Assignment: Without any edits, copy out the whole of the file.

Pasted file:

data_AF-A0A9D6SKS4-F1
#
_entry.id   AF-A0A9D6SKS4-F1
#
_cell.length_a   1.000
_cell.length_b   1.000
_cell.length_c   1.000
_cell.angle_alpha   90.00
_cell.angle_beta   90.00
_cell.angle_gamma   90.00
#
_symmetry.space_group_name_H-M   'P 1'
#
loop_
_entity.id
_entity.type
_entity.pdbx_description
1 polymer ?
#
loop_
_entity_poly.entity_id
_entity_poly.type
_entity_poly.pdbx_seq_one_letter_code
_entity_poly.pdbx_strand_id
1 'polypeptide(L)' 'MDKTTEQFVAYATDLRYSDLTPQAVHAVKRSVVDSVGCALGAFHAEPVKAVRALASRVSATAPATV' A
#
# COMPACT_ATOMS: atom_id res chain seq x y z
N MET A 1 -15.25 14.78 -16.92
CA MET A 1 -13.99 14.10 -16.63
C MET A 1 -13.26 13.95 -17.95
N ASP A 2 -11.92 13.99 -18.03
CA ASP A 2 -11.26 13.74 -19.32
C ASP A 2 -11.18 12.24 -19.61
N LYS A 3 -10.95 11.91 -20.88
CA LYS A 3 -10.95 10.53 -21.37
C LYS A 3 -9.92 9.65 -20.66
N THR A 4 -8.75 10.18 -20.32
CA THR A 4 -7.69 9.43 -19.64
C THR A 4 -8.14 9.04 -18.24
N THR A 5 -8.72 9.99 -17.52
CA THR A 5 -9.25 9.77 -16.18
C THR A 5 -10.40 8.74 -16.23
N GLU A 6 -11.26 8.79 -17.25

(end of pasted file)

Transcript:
data_AF-A0A9D6SKS4-F1
#
_entry.id   AF-A0A9D6SKS4-F1
#
_cell.length_a   1.000
_cell.length_b   1.000
_cell.length_c   1.000
_cell.angle_alpha   90.00
_cell.angle_beta   90.00
_cell.angle_gamma   90.00
#
_symmetry.space_group_name_H-M   'P 1'
#
loop_
_entity.id
_entity.type
_entity.pdbx_description
1 polymer ?
#
loop_
_entity_poly.entity_id
_entity_poly.type
_entity_poly.pdbx_seq_one_letter_code
_entity_poly.pdbx_strand_id
1 'polypeptide(L)' 'MDKTTEQFVAYATDLRYSDLTPQAVHAVKRSVVDSVGCALGAFHAEPVKAVRALASRVSATAPATV' A
#
# COMPACT_ATOMS: atom_id res chain seq x y z
N MET A 1 -15.25 14.78 -16.92
CA MET A 1 -13.99 14.10 -16.63
C MET A 1 -13.26 13.95 -17.95
N ASP A 2 -11.92 13.99 -18.03
CA ASP A 2 -11.26 13.74 -19.32
C ASP A 2 -11.18 12.24 -19.61
N LYS A 3 -10.95 11.91 -20.88
CA LYS A 3 -10.95 10.53 -21.37
C LYS A 3 -9.92 9.65 -20.66
N THR A 4 -8.75 10.18 -20.32
CA THR A 4 -7.69 9.43 -19.64
C THR A 4 -8.14 9.04 -18.24
N THR A 5 -8.72 9.99 -17.52
CA THR A 5 -9.25 9.77 -16.18
C THR A 5 -10.40 8.74 -16.23
N GLU A 6 -11.26 8.79 -17.25